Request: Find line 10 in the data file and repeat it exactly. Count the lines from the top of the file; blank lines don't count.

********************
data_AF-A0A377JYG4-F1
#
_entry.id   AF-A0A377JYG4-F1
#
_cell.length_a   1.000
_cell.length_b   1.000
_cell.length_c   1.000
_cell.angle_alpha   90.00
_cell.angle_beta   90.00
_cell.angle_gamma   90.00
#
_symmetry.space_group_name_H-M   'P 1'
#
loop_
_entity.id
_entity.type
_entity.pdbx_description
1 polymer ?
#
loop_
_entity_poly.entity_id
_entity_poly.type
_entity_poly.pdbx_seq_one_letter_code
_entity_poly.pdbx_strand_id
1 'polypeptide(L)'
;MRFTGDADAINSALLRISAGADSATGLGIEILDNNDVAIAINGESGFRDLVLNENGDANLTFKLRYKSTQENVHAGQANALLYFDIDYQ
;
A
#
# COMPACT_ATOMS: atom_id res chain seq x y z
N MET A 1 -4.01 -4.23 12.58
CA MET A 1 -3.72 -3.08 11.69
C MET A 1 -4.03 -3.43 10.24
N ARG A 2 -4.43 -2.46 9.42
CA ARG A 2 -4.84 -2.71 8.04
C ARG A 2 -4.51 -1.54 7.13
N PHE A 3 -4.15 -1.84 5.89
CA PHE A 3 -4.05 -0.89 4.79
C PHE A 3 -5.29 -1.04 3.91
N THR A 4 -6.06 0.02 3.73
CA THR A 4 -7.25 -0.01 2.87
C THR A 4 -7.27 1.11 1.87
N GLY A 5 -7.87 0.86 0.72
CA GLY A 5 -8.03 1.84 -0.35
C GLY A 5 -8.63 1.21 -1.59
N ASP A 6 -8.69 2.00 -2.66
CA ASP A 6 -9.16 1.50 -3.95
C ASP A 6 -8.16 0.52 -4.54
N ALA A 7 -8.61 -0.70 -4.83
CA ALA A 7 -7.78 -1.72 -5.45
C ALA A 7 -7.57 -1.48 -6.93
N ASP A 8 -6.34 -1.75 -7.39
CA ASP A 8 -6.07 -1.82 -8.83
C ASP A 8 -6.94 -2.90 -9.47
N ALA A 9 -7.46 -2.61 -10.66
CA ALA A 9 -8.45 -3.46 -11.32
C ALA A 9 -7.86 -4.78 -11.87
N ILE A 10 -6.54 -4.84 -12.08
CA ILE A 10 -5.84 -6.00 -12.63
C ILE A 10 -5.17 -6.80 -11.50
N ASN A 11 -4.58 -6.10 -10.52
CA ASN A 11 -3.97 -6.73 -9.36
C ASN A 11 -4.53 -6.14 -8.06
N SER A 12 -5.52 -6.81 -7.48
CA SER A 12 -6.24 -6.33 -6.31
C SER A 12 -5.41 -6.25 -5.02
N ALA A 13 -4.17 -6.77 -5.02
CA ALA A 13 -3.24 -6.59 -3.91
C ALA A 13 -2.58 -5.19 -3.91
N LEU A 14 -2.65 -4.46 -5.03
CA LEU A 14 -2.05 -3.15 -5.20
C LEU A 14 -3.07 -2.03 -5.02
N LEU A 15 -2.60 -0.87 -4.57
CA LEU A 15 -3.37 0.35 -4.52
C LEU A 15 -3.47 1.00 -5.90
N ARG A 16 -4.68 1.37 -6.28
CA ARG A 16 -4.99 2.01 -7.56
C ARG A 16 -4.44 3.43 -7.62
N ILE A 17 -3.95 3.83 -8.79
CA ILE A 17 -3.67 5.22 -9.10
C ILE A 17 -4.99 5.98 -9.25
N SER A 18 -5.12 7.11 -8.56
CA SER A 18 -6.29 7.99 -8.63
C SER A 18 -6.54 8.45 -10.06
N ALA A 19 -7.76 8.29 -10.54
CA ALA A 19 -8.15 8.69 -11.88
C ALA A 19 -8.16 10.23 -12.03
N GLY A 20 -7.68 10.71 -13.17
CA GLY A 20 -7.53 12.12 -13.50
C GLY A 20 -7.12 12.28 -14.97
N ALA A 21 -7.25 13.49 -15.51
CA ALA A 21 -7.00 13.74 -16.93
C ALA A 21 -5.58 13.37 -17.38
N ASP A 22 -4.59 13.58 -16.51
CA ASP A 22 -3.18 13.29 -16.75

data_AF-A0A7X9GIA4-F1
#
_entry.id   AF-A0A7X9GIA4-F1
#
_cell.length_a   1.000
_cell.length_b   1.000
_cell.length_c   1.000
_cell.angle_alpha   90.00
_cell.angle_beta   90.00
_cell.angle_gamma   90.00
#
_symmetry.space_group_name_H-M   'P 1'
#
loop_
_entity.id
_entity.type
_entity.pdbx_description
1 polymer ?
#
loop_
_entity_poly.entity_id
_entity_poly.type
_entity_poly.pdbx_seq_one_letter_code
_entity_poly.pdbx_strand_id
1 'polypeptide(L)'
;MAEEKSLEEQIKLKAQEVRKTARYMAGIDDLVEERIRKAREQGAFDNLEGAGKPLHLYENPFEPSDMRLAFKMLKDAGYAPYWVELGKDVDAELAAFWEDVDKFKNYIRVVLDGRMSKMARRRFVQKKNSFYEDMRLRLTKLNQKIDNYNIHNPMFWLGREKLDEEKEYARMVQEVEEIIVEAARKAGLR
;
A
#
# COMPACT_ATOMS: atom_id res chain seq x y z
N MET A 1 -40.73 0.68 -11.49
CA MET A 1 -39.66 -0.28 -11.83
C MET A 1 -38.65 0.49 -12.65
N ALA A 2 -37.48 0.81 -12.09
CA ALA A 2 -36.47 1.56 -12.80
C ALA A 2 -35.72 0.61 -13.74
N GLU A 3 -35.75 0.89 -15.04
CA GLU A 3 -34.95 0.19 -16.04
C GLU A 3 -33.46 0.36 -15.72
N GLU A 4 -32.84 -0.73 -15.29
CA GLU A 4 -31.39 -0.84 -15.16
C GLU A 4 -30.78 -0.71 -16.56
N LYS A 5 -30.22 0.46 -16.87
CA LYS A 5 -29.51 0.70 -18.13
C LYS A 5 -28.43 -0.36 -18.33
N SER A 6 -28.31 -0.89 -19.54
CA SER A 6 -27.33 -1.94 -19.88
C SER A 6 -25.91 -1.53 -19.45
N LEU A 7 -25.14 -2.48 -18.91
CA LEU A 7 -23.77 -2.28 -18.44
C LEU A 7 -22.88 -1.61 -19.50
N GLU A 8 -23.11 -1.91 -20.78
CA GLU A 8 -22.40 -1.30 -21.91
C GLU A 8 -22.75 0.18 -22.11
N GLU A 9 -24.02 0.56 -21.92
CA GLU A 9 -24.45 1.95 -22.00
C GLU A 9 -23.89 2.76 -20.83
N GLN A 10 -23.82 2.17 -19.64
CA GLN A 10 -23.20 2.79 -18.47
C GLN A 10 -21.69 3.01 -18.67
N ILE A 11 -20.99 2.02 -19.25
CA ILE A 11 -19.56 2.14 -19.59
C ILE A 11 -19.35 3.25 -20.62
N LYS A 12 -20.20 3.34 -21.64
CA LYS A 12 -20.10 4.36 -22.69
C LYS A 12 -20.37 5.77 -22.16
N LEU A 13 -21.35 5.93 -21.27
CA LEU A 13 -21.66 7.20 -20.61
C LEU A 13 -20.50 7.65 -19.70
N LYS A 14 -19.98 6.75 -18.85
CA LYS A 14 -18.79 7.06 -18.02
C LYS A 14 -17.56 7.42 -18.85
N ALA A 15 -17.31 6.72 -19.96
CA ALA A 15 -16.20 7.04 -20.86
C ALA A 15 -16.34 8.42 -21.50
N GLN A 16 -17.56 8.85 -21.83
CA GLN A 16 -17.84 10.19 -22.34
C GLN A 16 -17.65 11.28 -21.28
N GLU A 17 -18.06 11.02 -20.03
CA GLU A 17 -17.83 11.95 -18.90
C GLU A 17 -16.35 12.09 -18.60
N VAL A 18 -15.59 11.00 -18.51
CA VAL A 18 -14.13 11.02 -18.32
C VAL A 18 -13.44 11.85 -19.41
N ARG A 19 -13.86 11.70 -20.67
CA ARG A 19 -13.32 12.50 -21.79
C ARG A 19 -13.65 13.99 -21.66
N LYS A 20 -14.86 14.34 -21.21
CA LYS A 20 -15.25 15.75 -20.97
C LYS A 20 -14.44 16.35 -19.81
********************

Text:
_cell.angle_gamma   90.00